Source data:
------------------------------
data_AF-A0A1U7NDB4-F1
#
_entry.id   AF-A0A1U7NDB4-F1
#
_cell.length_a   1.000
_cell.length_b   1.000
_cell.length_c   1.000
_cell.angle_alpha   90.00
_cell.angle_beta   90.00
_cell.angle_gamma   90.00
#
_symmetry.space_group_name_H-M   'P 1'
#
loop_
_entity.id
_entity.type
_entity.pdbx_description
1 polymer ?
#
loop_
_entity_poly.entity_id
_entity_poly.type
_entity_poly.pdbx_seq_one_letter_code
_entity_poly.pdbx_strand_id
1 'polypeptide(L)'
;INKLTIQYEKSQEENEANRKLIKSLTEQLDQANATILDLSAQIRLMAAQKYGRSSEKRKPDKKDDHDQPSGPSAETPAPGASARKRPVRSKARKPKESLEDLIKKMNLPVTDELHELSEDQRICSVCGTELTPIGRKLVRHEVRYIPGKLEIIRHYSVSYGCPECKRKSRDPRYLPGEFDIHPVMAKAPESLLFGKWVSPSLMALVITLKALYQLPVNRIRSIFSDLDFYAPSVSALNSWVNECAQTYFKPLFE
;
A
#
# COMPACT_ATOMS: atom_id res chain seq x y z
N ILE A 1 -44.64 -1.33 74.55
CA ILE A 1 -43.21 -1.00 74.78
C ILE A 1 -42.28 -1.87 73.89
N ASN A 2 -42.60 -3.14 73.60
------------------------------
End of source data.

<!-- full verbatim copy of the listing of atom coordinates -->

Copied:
data_AF-A0A1U7NDB4-F1
#
_entry.id   AF-A0A1U7NDB4-F1
#
_cell.length_a   1.000
_cell.length_b   1.000
_cell.length_c   1.000
_cell.angle_alpha   90.00
_cell.angle_beta   90.00
_cell.angle_gamma   90.00
#
_symmetry.space_group_name_H-M   'P 1'
#
loop_
_entity.id
_entity.type
_entity.pdbx_description
1 polymer ?
#
loop_
_entity_poly.entity_id
_entity_poly.type
_entity_poly.pdbx_seq_one_letter_code
_entity_poly.pdbx_strand_id
1 'polypeptide(L)'
;INKLTIQYEKSQEENEANRKLIKSLTEQLDQANATILDLSAQIRLMAAQKYGRSSEKRKPDKKDDHDQPSGPSAETPAPGASARKRPVRSKARKPKESLEDLIKKMNLPVTDELHELSEDQRICSVCGTELTPIGRKLVRHEVRYIPGKLEIIRHYSVSYGCPECKRKSRDPRYLPGEFDIHPVMAKAPESLLFGKWVSPSLMALVITLKALYQLPVNRIRSIFSDLDFYAPSVSALNSWVNECAQTYFKPLFE
;
A
#
# COMPACT_ATOMS: atom_id res chain seq x y z
N ILE A 1 -44.64 -1.33 74.55
CA ILE A 1 -43.21 -1.00 74.78
C ILE A 1 -42.28 -1.87 73.89
N ASN A 2 -42.60 -3.14 73.60